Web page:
Turkey

4.3

Metal Products; Chemical Products; Vegetable Products; Food and Beverages; Machinery and Electrical Equipment

Source: Lebanese Customs

The top trade import partners during 2018 were China with 10.3% of total share, followed by Greece with 8.5%, Italy with 8%, USA with 7.2%, as well as Germany with 5.8% and Turkey with 4.7%. The largest suppliers of Lebanese products are European countries with 41.6% of total share of imports.

  

MAIN ORIGIN OF IMPORTS (% Share of Total Imports | 2018)

 

Country

%

Top Imported Products

China

10.3

Machinery and Electrical Equipment; Textiles; Metal Products; Miscellaneous Manufactures Articles; Plastics
Greece

8.5

Mineral Products, Chemical Products; Metal Products; Food and Beverages; Machinery and Electrical Equipment
Italy

8

Mineral Products, Machinery and Electrical Equipment; Chemical Products; Pearls and Precious Stones; Metal Products
USA

7.2

Mineral Products, Vehicles and Other Transportation Equipment; Chemical Products; Machinery and Electrical Equipment; Optical Equipment
Germany 5.8 Vehicles and Other Transportation Equipment; Chemical Products; Machinery and Electrical Equipment; Food and Beverages; Optical Equipment
Turkey

4.7

Machinery and Electrical Equipment; Metal Products; Textiles; Food and Beverages; Plastics
France

3.5

Chemical Products; Food and Beverages; Livestock; Machinery and Electrical Equipment; Mineral Products
UAE

2.9

Pearls and Precious Stones; Metal Products; Chemical Products; Food and Beverages; Mineral Products

Source: Lebanese Customs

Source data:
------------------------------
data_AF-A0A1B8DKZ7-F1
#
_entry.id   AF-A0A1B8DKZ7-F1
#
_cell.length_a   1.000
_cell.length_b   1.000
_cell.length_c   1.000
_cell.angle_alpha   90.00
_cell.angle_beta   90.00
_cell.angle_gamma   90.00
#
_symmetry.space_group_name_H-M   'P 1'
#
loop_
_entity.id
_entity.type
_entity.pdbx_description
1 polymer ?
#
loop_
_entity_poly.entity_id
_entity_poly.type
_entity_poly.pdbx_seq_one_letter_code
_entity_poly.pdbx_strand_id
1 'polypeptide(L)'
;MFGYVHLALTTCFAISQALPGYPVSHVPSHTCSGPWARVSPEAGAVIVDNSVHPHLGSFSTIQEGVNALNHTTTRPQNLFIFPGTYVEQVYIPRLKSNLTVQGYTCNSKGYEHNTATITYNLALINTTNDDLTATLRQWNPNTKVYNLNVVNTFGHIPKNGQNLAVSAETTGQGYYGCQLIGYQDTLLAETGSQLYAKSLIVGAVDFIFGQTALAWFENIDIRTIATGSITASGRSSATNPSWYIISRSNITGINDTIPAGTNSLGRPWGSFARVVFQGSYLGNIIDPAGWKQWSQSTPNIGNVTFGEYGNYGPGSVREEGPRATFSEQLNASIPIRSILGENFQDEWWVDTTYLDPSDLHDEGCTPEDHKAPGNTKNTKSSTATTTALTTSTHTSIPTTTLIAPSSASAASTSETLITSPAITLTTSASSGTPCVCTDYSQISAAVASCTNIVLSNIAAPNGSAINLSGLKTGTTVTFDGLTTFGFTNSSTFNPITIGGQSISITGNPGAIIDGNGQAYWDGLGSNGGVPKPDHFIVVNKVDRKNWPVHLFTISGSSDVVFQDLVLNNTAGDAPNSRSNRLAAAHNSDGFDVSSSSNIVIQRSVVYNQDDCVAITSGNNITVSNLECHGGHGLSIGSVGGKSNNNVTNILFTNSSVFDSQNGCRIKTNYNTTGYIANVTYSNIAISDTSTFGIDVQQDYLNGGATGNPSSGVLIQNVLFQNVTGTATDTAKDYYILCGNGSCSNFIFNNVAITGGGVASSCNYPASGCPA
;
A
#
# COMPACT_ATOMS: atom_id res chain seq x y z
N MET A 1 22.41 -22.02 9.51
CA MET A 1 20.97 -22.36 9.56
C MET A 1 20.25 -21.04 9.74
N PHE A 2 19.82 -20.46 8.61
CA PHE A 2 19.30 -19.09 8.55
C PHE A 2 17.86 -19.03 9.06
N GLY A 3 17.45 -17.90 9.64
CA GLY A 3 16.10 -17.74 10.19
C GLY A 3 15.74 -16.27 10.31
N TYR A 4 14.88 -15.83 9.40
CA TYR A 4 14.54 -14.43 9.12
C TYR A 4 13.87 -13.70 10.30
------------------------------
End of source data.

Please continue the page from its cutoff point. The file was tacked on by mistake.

TRADE REGIME

Lebanon has a free trade system and a competitive market with a commercial proactive approach.

According to the latest Trade (MFN) Tariff Trade Restrictiveness Index (TTRI), Lebanon ranked 59th out of 125 countries, making it more open than that of an average Middle East and North Africa (MNA) or lower‐middle‐income country.

In fact, Lebanon's imposed tariffs are negligible and one of the lowest among MENA countries; more than 84% of customs' tariff lines have duties equal to 0 or 5%. The government does not impose tariffs on exports, and import tariffs were reduced by 80% in 2008. Moreover, many European goods are exempted from customs fees in accordance with the European Mediterranean Association Agreement and European Free Trade Association (EFTA) agreement, effective beginning of March 2015. 

Export activities benefit from favorable access to international markets. The numerous trade agreements signed with Arab countries and the European Union aim at enhancing economic integration and access of Lebanese products. As a member of the Greater Arab Free Trade

Area (GAFTA) and a signatory of the Association Agreement with the EU, and a number of other bilateral and multilateral agreements.

Lebanon provided the opportunity for Lebanese companies to access, customs free, and markets close to 800 million people

In 2018, the trade deficit in Lebanon increased by 1.7%, to register USD 17 Billion due to a 2% increase in total imports.

 

LEBANON’S TRADE BALANCE (USD Billion | 2010-2018)

LEBANON’S TRADE BALANCE (USD Billion | 2010-2018)

Source: Lebanese Customs